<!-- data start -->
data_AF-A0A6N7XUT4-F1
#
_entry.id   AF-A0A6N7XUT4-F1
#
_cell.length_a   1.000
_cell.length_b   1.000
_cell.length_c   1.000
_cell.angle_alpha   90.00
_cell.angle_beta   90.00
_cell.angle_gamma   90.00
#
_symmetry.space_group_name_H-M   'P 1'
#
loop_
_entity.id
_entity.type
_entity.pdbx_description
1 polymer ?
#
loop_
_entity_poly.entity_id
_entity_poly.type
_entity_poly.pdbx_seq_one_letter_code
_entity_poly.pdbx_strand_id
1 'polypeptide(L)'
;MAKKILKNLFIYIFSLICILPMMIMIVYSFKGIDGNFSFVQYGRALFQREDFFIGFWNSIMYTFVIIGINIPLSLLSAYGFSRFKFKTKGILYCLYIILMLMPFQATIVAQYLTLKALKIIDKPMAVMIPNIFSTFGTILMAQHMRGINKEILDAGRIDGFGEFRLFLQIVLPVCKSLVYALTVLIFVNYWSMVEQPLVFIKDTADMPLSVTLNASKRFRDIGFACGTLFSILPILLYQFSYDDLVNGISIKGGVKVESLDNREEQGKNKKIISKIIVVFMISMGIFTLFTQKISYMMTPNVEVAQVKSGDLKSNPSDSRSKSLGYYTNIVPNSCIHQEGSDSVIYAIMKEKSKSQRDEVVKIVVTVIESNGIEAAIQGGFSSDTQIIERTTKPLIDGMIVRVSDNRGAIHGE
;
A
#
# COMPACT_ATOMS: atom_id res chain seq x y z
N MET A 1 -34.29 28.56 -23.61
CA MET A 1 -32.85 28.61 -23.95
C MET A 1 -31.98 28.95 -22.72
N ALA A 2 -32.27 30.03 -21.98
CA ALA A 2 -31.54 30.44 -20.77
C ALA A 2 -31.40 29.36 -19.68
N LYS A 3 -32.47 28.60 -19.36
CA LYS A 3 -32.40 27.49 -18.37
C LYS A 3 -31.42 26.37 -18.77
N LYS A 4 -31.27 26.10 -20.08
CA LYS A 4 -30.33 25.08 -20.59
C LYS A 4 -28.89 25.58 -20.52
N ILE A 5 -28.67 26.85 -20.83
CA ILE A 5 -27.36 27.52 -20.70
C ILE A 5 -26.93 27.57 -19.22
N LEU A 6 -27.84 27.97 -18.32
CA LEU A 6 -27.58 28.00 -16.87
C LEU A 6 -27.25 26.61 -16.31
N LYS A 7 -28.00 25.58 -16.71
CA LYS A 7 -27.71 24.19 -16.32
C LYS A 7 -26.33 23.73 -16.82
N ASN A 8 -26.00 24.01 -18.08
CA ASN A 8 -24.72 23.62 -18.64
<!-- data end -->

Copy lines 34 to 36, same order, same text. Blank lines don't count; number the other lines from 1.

N ALA A 2 -32.27 30.03 -21.98
CA ALA A 2 -31.54 30.44 -20.77
C ALA A 2 -31.40 29.36 -19.68